Simone de Beauvoir once said, “To lose confidence in one’s body is to lose confidence in oneself.” Social media can be a dangerous place with all the negativity. Teens try to perfect themselves into someone who they are not. Although people may say that social media can inspire teens, social media can represent a toxic mirror for millennials, because it triggers mental health issues, causes insecurities, and can alter someone's appearance. Some people might say that social media is a positive place for teens to get away from their problems; however, it can produce mental health issues for minors. Susie East stated as teens spend more time on social media, the brain can change and grow throughout that time period.
Andrea Lunsford, a professor at Stanford University, said, “I think we’re in the midst of a literacy revolutions the likes of which we haven’t seen since Greek civilization”. (Thompson) Lunsford is referencing to the increase of communicational and connective technological advances in the past decade and a half, with which she believes today’s youth has been fortunate enough to grow up. Many have debated that this increase has only caused, and will only cause, detriment among the youth, claiming it rots their brains and decreases their abilities to learn or obtain information. Some have gone as far to say that the current one is the “dumbest generation”. On the contrary, this generation consists of some of the brightest, most intellectually gifted minds, whose creativity and skills have been shaped by the opportunities provided for them by technological innovations, therefore disproving these claims.
Most teenagers in a European or western country owns a smartphone or a computer. This will automatically result in the victims not being able to escape, from the hate and the discomfort they are being put into. Also the bullies are hard to find, as they have this online mask or username, so they remain anonymous. Aleks writes that he thinks, the problem with cyber-bullying is the fact that you are anonymous. This digital mask, which the writer mentions, is the biggest problem.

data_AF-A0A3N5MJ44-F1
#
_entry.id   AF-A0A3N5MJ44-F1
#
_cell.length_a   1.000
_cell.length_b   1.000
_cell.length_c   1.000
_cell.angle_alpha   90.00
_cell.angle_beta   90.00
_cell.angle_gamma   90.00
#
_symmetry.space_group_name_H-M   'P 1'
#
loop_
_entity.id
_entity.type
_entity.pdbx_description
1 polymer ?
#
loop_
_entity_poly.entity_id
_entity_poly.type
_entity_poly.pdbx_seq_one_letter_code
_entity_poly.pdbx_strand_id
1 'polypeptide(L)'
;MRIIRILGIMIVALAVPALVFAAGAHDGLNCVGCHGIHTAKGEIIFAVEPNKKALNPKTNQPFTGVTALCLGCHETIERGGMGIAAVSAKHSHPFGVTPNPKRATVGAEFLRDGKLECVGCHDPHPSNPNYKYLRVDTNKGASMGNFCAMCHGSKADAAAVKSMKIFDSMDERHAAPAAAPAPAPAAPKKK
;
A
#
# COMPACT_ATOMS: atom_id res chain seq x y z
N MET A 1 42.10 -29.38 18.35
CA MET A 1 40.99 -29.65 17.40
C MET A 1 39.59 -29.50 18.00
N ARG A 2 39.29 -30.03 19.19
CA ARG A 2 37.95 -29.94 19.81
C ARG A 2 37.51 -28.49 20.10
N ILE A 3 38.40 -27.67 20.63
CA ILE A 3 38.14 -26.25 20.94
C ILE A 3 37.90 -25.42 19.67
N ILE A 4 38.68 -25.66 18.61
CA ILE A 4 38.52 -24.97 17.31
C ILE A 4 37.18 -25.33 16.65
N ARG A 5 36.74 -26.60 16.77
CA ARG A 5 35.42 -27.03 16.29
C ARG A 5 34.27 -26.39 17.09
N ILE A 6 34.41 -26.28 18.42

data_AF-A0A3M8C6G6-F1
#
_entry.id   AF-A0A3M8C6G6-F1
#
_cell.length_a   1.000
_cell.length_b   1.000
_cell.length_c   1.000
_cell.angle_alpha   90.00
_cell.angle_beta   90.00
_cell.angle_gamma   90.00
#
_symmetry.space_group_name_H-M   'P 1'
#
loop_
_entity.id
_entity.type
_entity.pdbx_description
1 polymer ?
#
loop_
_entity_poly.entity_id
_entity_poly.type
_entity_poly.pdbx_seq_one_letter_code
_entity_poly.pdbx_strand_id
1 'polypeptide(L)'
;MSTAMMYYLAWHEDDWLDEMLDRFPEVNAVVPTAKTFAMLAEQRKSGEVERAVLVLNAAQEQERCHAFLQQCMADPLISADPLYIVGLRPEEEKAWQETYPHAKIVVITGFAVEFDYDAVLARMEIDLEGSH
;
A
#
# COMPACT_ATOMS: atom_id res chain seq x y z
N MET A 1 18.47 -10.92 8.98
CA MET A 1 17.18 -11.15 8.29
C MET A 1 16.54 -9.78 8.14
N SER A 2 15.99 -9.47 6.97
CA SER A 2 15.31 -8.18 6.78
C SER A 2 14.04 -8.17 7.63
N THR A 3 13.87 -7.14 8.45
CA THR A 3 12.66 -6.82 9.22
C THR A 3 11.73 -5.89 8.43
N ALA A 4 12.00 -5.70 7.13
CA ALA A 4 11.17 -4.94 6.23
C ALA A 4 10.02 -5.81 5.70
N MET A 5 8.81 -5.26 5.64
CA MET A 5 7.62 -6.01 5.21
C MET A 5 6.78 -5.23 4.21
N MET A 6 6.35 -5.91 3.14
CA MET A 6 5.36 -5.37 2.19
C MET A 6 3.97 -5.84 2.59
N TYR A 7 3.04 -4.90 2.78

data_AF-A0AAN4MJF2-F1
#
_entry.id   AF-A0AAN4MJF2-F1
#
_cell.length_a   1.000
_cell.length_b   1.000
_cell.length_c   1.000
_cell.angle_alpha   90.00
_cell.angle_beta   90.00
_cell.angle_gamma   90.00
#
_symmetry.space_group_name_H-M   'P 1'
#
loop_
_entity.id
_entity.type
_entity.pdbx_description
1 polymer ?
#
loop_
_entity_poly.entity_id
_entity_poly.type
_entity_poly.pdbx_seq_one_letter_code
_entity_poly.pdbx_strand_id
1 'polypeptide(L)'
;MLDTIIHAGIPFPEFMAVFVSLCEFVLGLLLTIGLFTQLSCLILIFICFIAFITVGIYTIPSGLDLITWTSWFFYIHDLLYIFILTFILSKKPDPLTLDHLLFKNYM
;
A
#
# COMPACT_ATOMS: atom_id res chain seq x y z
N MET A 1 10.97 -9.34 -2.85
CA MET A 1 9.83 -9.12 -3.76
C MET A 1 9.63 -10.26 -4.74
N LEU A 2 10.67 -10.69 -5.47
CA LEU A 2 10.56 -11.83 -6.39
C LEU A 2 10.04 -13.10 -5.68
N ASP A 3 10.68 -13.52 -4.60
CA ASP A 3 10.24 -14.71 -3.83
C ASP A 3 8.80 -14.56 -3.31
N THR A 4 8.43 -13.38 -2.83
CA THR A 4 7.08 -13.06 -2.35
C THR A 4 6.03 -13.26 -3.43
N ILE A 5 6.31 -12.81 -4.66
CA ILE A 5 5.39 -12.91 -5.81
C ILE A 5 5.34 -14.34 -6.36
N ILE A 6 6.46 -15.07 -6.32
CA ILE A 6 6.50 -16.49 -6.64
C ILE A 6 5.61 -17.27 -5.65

Summary of “Is Google Making Us Stupid” by Nicholas Carr Nicholas Carr argues in, “Is Google Making us Stupid?” that the internet is changing the way we think. The internet looks to be slowly taking away the ability to focus very long, and is becoming the most widely used medium for information. Carr has the feeling that he no longer thinks like he used to. Reading a long book or article is no longer enjoyable to him. He attributes this feeling to the extensive use of the internet and computers, even though this usage of the internet has been to help him write.
Nicholas Carr and Clay Sharkey debate whether or not the internet is actually making us smarter or dumber. “Never has a communications system played so many roles in our lives- or exerted such broad influences over our thoughts, as the internet does today. “that is one of Carr’s viewpoints. Shirkey believes that “every increase in paperback book to you tube, alarms people accustomed to the restrictions of the old system, convincing them that the new media will make young people stupid. This fear dates back to at least the invention of movable type.” I tend to agree more with Sharkey because there are a lot of learning toold we can gain from the web.